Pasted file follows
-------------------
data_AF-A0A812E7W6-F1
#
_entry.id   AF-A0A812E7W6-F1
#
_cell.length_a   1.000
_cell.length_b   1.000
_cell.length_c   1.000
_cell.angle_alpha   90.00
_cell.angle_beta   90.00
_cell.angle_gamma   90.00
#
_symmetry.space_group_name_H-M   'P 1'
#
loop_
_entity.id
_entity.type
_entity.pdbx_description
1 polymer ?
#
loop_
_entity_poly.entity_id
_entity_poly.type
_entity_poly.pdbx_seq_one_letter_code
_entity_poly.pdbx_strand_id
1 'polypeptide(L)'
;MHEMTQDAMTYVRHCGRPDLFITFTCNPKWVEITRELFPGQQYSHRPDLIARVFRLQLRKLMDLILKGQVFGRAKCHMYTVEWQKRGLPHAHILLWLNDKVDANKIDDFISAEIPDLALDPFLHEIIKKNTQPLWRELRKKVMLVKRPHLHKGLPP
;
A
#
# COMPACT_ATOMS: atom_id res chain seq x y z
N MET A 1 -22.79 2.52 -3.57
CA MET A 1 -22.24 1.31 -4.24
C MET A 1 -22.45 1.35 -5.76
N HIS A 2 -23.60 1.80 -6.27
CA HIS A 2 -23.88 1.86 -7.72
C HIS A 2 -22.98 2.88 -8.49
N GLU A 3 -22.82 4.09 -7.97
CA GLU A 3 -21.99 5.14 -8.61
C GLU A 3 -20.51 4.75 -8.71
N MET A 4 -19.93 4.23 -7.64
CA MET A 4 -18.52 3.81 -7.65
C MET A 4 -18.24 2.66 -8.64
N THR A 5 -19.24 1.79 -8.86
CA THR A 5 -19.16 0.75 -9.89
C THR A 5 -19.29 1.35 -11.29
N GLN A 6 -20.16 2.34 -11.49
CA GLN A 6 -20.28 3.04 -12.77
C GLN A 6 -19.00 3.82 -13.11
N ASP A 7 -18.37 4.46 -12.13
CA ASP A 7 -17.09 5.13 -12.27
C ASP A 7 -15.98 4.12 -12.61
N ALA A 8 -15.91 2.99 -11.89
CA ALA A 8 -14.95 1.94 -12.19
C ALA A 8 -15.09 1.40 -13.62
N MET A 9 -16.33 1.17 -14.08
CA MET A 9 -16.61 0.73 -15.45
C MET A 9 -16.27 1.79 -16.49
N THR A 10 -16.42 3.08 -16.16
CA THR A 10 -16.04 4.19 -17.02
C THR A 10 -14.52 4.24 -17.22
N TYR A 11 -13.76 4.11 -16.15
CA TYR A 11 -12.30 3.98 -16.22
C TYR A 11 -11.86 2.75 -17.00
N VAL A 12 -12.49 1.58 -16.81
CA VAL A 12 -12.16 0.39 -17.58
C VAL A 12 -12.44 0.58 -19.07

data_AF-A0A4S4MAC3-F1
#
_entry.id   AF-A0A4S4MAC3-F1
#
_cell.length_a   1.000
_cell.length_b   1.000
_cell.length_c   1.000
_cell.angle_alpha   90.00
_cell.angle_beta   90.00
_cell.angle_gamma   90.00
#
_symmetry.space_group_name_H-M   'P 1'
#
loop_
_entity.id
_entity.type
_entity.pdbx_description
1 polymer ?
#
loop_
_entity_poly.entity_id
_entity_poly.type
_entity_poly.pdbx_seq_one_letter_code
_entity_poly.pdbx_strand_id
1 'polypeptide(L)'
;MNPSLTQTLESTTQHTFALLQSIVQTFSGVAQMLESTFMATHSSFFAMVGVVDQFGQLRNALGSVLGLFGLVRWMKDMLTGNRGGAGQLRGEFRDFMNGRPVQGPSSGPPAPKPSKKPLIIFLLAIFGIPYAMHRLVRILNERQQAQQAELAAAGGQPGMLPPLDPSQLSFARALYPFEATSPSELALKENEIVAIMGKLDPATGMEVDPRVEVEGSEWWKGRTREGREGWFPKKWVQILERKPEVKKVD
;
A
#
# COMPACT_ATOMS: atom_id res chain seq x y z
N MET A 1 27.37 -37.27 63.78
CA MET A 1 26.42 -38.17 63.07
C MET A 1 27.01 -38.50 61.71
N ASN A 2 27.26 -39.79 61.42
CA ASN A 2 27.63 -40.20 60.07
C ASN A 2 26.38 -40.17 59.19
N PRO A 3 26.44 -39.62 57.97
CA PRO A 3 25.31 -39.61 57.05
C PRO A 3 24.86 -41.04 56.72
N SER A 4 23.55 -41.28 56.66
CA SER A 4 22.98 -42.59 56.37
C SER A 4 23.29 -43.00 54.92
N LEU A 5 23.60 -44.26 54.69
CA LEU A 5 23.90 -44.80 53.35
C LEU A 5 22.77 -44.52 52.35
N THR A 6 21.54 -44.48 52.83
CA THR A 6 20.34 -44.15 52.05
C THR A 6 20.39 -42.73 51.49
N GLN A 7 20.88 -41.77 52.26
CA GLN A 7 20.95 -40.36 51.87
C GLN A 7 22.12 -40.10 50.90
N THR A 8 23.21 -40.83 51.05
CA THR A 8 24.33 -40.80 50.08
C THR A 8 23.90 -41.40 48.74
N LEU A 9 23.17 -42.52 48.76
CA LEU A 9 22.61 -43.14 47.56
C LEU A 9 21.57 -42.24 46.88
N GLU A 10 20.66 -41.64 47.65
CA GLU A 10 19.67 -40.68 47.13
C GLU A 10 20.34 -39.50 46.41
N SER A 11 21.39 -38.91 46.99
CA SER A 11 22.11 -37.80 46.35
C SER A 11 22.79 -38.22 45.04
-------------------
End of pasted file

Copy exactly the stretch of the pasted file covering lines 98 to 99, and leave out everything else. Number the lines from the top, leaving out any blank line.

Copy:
CA MET A 1 26.42 -38.17 63.07
C MET A 1 27.01 -38.50 61.71